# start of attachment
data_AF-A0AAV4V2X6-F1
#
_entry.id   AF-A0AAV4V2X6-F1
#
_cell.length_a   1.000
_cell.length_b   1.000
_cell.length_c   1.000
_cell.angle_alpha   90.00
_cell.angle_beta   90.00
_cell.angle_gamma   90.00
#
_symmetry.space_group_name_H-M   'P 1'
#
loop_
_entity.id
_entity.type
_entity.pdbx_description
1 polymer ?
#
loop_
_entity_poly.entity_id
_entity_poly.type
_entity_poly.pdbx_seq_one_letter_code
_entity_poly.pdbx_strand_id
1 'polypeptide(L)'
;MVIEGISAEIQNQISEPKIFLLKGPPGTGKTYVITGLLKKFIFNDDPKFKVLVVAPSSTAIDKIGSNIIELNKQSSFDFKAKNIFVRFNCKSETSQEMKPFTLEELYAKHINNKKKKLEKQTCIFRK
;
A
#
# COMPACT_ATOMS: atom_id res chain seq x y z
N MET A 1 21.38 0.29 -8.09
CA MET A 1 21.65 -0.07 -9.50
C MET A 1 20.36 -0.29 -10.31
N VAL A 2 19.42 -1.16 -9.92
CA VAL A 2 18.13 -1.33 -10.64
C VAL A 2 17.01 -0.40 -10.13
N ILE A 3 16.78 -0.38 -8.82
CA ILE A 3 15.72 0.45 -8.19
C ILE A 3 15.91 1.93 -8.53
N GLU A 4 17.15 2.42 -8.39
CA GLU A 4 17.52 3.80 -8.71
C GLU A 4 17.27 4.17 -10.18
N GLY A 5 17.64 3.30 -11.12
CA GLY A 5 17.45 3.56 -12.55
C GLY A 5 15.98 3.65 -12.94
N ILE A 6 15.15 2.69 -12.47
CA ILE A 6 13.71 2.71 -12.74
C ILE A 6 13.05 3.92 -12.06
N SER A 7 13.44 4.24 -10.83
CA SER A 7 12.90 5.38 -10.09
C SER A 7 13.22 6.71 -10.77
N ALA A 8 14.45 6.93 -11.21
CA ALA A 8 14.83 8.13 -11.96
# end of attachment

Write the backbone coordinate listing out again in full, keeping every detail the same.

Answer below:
data_AF-A0AAV4V2X6-F1
#
_entry.id   AF-A0AAV4V2X6-F1
#
_cell.length_a   1.000
_cell.length_b   1.000
_cell.length_c   1.000
_cell.angle_alpha   90.00
_cell.angle_beta   90.00
_cell.angle_gamma   90.00
#
_symmetry.space_group_name_H-M   'P 1'
#
loop_
_entity.id
_entity.type
_entity.pdbx_description
1 polymer ?
#
loop_
_entity_poly.entity_id
_entity_poly.type
_entity_poly.pdbx_seq_one_letter_code
_entity_poly.pdbx_strand_id
1 'polypeptide(L)'
;MVIEGISAEIQNQISEPKIFLLKGPPGTGKTYVITGLLKKFIFNDDPKFKVLVVAPSSTAIDKIGSNIIELNKQSSFDFKAKNIFVRFNCKSETSQEMKPFTLEELYAKHINNKKKKLEKQTCIFRK
;
A
#
# COMPACT_ATOMS: atom_id res chain seq x y z
N MET A 1 21.38 0.29 -8.09
CA MET A 1 21.65 -0.07 -9.50
C MET A 1 20.36 -0.29 -10.31
N VAL A 2 19.42 -1.16 -9.92
CA VAL A 2 18.13 -1.33 -10.64
C VAL A 2 17.01 -0.40 -10.13
N ILE A 3 16.78 -0.38 -8.82
CA ILE A 3 15.72 0.45 -8.19
C ILE A 3 15.91 1.93 -8.53
N GLU A 4 17.15 2.42 -8.39
CA GLU A 4 17.52 3.80 -8.71
C GLU A 4 17.27 4.17 -10.18
N GLY A 5 17.64 3.30 -11.12
CA GLY A 5 17.45 3.56 -12.55
C GLY A 5 15.98 3.65 -12.94
N ILE A 6 15.15 2.69 -12.47
CA ILE A 6 13.71 2.71 -12.74
C ILE A 6 13.05 3.92 -12.06
N SER A 7 13.44 4.24 -10.83
CA SER A 7 12.90 5.38 -10.09
C SER A 7 13.22 6.71 -10.77
N ALA A 8 14.45 6.93 -11.21
CA ALA A 8 14.83 8.13 -11.96